‘Little Shop of Horrors’ by Theatre 3 (Photos by Jeffrey Schmidt, courtesy T3)

As its home in the Quadrangle is under construction, Theatre Three has been on tour (if you will) around Dallas with outdoor performances. Landing at Samuell-Grand Park alongside Shakespeare Dallas’ Romeo and Juliet turned out to be a perfect fit for its current production of Little Shop of Horrors and in October no less. Cooler evenings, a colorful stage and stellar performances helps make this Little Shop a big deal.

Alan Menken and Howard Ashman’s comedy musical follows the nerdy, meek Seymour (Alejandro Saucedo) who works in Mr. Mushnik’s (Bob Reed) flower shop alongside his crush (Audrey) Lee Walter. Determined to make a name for himself, Seymour discovers a new plant that he names after Audrey but ultimately has dire consequences for everybody on Skid Row where the shop is located. Audrey’s abusive dentist boyfriend Orin (Parker Gray) doesn’t help make things easier. Once Seymour’s new plant grows above and beyond expectations, Audrey II (Rodney M. Morris) has plans of its own.
Immediately, upon finding a seat on the park lawn the show makes a strong impression.

The set (which is shared with R+J) was a bright and colorful spectacle for the eyes. The band and some of the cast flittered about the stage interacting with the audience as if gearing us up before the opening number.

The trio of Chiffon (Nikka Morton), Crystal (Cherish Robinson) and Ronnette (Audra Scott) kicked off the show with the title number that whipped the enthusiastic opening night audience into a frenzy. That energy – from both the audience and the cast – kept the performance fully charged. Well, that and the dynamic band on stage which was as much a part of the goings-on in the show.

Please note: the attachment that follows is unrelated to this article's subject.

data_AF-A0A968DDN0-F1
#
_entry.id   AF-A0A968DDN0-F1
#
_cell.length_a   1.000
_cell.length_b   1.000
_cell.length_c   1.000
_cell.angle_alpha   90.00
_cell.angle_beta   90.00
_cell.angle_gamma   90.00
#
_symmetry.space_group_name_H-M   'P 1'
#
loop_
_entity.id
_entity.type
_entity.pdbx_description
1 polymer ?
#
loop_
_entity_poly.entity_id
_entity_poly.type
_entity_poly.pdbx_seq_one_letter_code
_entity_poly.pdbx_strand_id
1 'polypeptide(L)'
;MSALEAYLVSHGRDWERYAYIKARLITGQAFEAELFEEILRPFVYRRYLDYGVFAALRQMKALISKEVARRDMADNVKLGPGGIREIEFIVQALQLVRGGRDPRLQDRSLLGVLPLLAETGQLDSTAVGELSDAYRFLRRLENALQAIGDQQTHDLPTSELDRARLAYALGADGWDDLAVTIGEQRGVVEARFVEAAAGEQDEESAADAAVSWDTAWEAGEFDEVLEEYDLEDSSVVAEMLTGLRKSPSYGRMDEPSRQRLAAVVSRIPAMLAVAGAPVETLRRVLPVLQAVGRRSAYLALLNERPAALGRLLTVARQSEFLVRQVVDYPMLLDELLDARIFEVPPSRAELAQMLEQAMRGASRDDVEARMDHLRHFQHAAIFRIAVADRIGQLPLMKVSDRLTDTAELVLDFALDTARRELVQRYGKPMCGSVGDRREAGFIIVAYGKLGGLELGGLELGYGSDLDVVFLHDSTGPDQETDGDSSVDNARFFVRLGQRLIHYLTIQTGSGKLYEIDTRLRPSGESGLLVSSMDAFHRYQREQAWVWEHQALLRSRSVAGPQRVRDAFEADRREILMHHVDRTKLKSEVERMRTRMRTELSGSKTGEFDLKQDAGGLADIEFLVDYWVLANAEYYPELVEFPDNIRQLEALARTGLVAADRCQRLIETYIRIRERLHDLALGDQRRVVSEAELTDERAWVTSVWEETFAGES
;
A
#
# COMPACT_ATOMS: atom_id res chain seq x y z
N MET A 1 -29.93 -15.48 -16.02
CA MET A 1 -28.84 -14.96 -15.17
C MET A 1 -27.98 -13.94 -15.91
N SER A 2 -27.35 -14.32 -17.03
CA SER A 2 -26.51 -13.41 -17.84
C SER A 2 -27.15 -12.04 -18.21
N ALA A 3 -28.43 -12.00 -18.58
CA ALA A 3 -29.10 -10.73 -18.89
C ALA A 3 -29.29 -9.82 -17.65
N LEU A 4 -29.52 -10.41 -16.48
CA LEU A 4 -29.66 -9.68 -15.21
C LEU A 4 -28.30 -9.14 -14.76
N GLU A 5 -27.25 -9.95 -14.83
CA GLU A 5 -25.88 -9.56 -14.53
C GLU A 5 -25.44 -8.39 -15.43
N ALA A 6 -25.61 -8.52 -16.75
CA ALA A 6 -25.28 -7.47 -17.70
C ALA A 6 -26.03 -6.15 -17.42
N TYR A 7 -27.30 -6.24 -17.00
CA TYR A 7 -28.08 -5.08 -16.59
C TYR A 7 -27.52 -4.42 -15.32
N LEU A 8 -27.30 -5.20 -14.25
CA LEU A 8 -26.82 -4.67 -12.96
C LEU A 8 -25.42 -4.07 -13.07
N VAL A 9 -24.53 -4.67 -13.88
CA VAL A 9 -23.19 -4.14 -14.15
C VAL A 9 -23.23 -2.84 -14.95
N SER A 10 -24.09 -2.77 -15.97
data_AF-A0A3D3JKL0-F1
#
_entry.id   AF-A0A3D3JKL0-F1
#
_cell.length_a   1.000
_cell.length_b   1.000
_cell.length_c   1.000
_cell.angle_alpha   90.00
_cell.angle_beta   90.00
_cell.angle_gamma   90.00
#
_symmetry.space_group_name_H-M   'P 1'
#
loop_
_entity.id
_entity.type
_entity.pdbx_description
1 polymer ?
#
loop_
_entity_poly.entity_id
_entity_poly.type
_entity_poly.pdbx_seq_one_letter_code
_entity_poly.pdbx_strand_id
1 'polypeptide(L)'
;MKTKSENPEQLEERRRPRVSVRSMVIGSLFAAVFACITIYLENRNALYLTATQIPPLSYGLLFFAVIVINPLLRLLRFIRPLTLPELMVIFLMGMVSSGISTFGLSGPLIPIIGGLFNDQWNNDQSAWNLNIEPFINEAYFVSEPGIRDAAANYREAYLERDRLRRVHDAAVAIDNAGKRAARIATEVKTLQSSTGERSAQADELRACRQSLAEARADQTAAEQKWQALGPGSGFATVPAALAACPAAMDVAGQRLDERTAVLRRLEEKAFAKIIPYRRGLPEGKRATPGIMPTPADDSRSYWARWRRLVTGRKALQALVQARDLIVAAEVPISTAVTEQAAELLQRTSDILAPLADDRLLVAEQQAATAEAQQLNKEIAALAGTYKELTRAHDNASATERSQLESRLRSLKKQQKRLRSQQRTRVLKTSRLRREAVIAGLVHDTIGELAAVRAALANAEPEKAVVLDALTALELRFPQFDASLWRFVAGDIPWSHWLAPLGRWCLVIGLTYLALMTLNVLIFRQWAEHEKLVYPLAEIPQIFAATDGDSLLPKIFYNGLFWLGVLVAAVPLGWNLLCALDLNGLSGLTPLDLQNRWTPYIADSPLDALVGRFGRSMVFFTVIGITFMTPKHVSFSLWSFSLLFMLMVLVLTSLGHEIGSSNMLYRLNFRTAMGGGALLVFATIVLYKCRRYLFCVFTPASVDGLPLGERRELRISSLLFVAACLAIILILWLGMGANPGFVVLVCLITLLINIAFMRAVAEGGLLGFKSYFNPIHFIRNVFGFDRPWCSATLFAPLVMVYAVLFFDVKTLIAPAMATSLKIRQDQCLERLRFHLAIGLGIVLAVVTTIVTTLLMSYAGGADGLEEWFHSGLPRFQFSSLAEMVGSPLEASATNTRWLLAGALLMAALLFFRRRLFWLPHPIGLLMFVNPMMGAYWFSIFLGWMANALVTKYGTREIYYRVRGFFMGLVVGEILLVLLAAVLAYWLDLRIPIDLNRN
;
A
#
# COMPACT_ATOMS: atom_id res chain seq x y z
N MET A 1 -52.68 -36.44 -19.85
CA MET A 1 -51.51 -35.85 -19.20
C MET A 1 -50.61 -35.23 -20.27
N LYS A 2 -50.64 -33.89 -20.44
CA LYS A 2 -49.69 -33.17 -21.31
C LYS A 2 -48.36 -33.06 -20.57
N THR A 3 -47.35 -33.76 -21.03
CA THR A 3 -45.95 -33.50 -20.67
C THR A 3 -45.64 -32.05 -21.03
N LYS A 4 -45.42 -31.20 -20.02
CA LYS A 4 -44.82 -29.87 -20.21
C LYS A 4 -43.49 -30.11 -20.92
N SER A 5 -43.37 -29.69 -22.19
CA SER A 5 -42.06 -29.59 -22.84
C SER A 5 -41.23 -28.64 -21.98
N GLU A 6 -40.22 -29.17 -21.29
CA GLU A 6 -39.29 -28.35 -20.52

Although likely considered a classic now among the musical continuum, Little Shop never had that grand polish of many of its Broadway counterparts. Director Joel Ferrell (along with scenic designer Jeffrey Schmidt and costume designer Natalie Rose Mabry) helmed the show with a scrappier feel. The edges were appropriately and wonderfully rough for its Skid Row setting. The cast was equally so.

Seymour’s arc from nebbish shop guy to a man in love and questionable decision-making local celebrity was quite a ride thanks to Saucedo’s performance. He never let up on the character’s clumsy physicality which made Seymour additionally endearing.

Walter talked before how Ferrell wanted them to bring their own take on Audrey. Walter played Audrey as a trans woman which added some gravitas to her interaction with Orin, but overall, Walter’s bombshell choices worked wonderfully against Seymour’s nerdiness.

Reed’s blustery performance as Mr. Mushnik was fun to watch as both the shop owner and parental figure. He certainly had some moves as well with Ani Vera-Hernandez’s choreography. Gray ran away with his performance as Orin that was physically over the top in all the best ways. There are no words for his gas mask performance — and that’s a compliment.

Morris’ Audrey II was a nice departure from an often-imperious depiction. The plant’s still pushy but how Morris infused a bit of tenderness was a fascination. The puppet’s construction and design had slightly unique touches without straying from the usual and puppeteer Ben Stegmair skillfully animated the massive plant.

Finally, as the show’s Greek chorus, Martin, Robinson and Scott were knockouts from the opening number. All vocal powerhouses, the trio had many deserved spotlight moments.

T3’s Little Shop of Horrors was simply an enjoyable delight that worked so well in the outdoors setting. Some snacks, sips and a blanket definitely helped for a lovely experience under the stars. But if the trees, shrubs and grass start acting up, blame the plant.

Little Shop of Horrors runs through Oct. 31 at Samuell-Grand Park. For more information or tickets, visit theatre3dallas.com.

– Rich Lopez